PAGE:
Madagascar is an island located off the eastern coast of southern Africa in the Indian Ocean. As the world's fourth largest island, Madagascar is a little larger than France but slightly smaller than Texas.

Madagascar has been isolated from Africa for over 150 million years. For this reason, most of the plants and animals found on the island exist nowhere else on Earth.

Because of its remoteness, Madagascar was not settled by humans until around 2.000 years ago. The Malagasy -- the name for the people of the island -- are descended from Indonesians who made their way across the Indian Ocean. Arabs and Africans arrived later and made important contributions to the unique cultural practices found on the island.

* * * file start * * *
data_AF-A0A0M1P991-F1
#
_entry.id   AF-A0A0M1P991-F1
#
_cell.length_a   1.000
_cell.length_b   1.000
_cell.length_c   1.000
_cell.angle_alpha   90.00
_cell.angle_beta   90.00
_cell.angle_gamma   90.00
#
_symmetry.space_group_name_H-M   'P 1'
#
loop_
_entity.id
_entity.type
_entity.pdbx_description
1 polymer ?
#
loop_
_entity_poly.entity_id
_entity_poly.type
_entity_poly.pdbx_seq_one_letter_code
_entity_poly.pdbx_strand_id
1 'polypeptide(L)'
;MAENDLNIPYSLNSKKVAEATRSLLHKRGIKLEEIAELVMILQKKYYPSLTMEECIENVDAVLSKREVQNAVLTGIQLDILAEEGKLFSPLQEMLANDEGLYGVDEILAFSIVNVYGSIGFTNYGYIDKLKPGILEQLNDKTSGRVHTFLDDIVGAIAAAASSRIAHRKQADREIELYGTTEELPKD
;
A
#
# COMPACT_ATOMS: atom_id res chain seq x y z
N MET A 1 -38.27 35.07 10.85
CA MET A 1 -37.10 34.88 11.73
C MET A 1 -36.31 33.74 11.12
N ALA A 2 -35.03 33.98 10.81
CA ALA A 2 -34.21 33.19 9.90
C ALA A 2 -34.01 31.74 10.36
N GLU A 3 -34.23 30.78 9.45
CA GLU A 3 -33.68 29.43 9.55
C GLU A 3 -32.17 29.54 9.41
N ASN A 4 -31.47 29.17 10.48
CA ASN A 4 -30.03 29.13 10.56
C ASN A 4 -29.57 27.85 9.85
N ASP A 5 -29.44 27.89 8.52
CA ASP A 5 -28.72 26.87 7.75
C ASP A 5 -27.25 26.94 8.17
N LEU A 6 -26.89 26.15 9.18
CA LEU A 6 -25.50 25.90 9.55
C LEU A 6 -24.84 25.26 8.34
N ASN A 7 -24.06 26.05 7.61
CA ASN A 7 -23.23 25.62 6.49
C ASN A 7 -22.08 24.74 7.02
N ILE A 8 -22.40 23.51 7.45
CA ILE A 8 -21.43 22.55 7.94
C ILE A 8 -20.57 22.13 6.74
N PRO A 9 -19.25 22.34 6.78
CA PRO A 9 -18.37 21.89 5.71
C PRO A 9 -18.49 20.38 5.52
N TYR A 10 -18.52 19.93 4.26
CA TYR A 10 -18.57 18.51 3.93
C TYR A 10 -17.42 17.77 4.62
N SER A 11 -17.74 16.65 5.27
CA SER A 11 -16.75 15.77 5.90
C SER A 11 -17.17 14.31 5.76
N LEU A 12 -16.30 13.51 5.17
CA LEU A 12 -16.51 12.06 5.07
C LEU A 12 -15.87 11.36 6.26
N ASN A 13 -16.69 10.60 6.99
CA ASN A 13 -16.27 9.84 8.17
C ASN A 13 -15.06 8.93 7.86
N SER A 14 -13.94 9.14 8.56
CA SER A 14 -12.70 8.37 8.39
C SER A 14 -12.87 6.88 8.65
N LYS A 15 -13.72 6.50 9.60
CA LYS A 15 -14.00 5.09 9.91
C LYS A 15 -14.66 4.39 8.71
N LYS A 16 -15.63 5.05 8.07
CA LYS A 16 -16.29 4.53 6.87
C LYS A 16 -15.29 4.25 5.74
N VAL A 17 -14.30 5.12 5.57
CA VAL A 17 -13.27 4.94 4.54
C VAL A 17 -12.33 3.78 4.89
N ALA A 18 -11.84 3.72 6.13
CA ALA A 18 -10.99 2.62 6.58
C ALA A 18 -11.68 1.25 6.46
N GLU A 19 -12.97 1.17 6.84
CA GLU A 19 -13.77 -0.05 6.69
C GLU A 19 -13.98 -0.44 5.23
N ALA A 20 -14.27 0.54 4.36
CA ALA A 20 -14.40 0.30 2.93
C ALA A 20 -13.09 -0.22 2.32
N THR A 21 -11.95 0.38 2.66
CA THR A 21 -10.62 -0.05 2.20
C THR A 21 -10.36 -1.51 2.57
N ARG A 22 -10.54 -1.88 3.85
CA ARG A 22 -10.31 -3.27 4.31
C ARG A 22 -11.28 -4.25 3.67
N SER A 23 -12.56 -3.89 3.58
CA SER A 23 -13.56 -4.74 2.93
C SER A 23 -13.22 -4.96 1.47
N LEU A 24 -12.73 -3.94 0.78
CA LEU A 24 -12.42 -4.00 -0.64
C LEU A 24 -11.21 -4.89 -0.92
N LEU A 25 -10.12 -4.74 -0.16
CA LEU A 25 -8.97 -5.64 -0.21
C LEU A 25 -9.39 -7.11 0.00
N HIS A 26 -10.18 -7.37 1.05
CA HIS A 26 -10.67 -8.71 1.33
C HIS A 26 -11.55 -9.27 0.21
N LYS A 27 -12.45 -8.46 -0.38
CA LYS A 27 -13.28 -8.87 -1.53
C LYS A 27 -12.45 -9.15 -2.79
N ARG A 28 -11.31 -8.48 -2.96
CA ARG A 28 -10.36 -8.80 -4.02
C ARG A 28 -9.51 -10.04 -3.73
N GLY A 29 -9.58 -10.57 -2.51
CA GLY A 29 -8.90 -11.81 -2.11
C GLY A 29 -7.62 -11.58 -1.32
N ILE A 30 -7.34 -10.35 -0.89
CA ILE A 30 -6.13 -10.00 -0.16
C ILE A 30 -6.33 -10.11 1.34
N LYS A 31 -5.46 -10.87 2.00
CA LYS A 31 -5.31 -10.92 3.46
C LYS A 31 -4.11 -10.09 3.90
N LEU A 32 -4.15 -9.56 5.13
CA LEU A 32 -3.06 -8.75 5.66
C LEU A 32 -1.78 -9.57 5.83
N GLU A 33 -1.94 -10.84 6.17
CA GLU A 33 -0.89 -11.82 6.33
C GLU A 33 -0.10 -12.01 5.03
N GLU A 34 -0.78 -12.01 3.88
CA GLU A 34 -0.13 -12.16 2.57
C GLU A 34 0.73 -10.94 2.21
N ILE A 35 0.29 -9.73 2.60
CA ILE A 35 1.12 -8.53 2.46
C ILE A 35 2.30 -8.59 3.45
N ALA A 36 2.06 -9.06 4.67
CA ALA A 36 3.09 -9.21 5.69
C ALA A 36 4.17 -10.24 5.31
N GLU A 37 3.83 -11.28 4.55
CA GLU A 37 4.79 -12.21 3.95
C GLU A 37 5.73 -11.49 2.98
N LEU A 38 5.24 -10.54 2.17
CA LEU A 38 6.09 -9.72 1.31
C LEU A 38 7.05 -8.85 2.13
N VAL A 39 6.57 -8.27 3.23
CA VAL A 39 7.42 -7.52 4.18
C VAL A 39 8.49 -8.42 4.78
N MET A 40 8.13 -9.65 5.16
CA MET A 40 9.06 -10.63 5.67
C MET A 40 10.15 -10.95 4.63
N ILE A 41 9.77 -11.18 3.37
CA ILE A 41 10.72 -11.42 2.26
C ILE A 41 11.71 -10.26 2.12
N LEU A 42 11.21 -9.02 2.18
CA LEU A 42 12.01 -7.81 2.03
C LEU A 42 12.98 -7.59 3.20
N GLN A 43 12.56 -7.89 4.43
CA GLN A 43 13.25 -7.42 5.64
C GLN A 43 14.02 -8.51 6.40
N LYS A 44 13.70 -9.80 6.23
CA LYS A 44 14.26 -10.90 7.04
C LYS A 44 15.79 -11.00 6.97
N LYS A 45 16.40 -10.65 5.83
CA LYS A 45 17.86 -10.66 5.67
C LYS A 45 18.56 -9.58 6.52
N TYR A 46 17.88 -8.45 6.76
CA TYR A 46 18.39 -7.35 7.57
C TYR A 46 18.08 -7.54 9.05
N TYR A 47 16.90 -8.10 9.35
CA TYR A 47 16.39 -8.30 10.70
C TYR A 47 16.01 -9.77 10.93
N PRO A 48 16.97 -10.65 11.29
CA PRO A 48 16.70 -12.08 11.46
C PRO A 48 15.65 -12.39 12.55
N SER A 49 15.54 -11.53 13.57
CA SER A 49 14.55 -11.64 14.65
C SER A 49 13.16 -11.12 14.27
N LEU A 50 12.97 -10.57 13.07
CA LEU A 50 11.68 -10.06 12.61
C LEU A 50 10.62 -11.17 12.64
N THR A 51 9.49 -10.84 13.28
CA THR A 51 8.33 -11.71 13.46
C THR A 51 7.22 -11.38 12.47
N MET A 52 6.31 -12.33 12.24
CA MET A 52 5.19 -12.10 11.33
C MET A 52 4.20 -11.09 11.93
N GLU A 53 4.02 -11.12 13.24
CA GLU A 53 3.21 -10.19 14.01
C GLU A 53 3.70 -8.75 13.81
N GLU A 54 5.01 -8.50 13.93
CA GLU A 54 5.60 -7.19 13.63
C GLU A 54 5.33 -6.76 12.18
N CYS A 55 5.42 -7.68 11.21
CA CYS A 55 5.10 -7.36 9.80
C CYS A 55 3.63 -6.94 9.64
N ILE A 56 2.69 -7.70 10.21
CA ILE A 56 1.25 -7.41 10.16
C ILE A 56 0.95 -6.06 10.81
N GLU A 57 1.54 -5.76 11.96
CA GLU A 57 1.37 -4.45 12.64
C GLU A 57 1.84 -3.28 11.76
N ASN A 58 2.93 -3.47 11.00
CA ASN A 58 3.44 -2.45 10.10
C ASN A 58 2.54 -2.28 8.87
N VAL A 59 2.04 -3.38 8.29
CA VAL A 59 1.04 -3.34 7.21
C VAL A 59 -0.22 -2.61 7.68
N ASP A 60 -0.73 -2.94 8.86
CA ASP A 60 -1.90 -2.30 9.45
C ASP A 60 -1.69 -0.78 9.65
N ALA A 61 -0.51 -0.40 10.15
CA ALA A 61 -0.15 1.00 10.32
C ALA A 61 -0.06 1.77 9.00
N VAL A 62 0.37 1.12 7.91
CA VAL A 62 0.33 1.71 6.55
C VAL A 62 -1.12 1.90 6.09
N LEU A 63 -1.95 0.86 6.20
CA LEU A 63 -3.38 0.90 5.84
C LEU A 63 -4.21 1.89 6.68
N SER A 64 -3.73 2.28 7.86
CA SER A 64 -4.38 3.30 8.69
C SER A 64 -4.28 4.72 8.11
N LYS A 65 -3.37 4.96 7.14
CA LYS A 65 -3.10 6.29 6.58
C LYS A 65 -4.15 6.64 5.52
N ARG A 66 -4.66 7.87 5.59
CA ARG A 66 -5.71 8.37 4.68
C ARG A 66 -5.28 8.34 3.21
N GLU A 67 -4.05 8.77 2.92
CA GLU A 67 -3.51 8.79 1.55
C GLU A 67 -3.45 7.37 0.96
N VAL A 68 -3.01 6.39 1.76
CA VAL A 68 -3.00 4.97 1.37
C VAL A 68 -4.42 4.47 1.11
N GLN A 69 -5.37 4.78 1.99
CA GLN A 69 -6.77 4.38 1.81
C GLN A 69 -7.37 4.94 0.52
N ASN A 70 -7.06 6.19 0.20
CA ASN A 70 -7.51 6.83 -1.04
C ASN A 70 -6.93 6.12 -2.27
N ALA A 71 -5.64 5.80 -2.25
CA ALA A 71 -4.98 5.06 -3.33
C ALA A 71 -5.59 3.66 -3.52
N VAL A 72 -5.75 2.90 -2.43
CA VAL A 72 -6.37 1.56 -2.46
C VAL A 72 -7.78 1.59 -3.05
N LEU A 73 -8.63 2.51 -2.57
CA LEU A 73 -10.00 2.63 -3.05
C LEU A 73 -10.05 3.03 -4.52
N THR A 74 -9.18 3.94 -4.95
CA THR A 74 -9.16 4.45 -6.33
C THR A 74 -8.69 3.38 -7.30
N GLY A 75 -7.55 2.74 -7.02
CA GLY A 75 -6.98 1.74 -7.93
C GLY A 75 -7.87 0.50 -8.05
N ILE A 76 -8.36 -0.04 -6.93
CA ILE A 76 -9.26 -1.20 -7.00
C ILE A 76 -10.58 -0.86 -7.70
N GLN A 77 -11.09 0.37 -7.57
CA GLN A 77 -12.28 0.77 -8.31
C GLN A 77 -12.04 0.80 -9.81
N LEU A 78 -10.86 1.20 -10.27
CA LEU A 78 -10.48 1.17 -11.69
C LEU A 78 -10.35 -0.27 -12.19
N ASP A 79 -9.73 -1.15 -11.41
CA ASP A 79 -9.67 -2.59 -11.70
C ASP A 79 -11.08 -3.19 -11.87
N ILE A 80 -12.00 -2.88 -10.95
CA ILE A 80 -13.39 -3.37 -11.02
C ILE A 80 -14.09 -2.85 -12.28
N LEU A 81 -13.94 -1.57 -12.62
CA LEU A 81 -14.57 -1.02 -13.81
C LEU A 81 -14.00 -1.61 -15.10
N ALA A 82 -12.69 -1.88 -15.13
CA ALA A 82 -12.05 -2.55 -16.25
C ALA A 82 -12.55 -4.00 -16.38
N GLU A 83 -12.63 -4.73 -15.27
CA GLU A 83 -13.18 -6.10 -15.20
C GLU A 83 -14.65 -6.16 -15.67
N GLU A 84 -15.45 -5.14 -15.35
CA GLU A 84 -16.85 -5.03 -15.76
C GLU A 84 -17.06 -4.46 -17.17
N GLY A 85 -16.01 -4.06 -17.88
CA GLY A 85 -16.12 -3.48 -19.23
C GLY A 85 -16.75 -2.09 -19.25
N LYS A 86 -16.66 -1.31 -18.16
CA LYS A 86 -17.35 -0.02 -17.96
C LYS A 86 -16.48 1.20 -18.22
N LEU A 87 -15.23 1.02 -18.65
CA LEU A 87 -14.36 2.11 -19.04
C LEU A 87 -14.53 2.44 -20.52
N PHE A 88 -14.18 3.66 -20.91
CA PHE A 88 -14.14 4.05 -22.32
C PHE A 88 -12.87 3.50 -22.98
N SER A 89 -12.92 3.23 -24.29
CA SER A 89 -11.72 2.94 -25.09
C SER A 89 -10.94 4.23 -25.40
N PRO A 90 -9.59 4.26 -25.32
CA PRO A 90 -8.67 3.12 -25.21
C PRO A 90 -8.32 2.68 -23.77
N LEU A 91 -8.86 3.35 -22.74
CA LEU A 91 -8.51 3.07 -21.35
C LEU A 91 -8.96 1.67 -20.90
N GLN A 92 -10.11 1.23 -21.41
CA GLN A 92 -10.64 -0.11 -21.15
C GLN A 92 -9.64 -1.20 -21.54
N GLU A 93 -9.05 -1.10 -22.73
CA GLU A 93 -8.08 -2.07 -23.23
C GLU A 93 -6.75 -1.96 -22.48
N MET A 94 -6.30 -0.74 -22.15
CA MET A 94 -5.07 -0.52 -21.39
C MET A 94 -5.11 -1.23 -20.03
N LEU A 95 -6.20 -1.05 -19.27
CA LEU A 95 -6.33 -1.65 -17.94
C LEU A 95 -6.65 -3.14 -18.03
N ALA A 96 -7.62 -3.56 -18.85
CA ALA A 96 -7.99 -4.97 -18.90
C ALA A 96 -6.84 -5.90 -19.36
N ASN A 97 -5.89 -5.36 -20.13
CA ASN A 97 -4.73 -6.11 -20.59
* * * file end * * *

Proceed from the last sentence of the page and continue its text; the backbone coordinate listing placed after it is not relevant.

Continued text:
After a period marked by the presence of pirates along the eastern coast, Madagascar was colonized by the French in the late 19th century. Madagascar won its independence in 1960 and today is a democratic state.

Madagascar Wildlife

About 75% of Madagascar's species are endemic, meaning they live nowhere else in the world. The island is home to strange animals including lemurs (a group of primates), tenrecs (similar to spiny hedgehogs), brightly colored chameleons, the puma-like fossa, and a variety of other creatures. Sadly, due to habitat destruction and hunting, many of Madagascar's unique animals are today threatened with extinction.

NASA satellite image of Africa. Madagascar is outlined in red

< Previous Page | Main Page | Next Page >

Page 1 of 27